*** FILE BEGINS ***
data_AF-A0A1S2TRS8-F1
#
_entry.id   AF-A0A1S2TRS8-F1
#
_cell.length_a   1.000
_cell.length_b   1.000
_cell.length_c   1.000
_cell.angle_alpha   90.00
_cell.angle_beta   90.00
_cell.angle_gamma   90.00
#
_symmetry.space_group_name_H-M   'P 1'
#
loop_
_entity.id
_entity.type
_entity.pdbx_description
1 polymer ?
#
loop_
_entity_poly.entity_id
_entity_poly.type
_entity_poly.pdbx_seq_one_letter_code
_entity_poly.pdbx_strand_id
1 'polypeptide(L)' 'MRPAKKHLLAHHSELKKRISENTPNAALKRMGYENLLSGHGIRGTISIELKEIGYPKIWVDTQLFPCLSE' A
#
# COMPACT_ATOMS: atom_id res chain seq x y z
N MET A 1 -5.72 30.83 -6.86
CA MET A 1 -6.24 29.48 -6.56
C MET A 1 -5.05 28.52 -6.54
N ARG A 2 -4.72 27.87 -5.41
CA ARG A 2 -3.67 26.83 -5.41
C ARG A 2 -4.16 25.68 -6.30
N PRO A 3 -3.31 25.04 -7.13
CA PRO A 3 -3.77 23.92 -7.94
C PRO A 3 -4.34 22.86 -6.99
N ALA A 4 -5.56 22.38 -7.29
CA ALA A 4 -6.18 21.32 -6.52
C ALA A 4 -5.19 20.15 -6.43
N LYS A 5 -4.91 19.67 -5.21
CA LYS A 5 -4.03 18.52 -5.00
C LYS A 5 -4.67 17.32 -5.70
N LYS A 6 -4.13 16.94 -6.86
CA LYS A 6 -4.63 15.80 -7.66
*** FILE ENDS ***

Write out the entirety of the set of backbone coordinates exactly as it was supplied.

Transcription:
data_AF-A0A1S2TRS8-F1
#
_entry.id   AF-A0A1S2TRS8-F1
#
_cell.length_a   1.000
_cell.length_b   1.000
_cell.length_c   1.000
_cell.angle_alpha   90.00
_cell.angle_beta   90.00
_cell.angle_gamma   90.00
#
_symmetry.space_group_name_H-M   'P 1'
#
loop_
_entity.id
_entity.type
_entity.pdbx_description
1 polymer ?
#
loop_
_entity_poly.entity_id
_entity_poly.type
_entity_poly.pdbx_seq_one_letter_code
_entity_poly.pdbx_strand_id
1 'polypeptide(L)' 'MRPAKKHLLAHHSELKKRISENTPNAALKRMGYENLLSGHGIRGTISIELKEIGYPKIWVDTQLFPCLSE' A
#
# COMPACT_ATOMS: atom_id res chain seq x y z
N MET A 1 -5.72 30.83 -6.86
CA MET A 1 -6.24 29.48 -6.56
C MET A 1 -5.05 28.52 -6.54
N ARG A 2 -4.72 27.87 -5.41
CA ARG A 2 -3.67 26.83 -5.41
C ARG A 2 -4.16 25.68 -6.30
N PRO A 3 -3.31 25.04 -7.13
CA PRO A 3 -3.77 23.92 -7.94
C PRO A 3 -4.34 22.86 -6.99
N ALA A 4 -5.56 22.38 -7.29
CA ALA A 4 -6.18 21.32 -6.52
C ALA A 4 -5.19 20.15 -6.43
N LYS A 5 -4.91 19.67 -5.21
CA LYS A 5 -4.03 18.52 -5.00
C LYS A 5 -4.67 17.32 -5.70
N LYS A 6 -4.13 16.94 -6.86
CA LYS A 6 -4.63 15.80 -7.66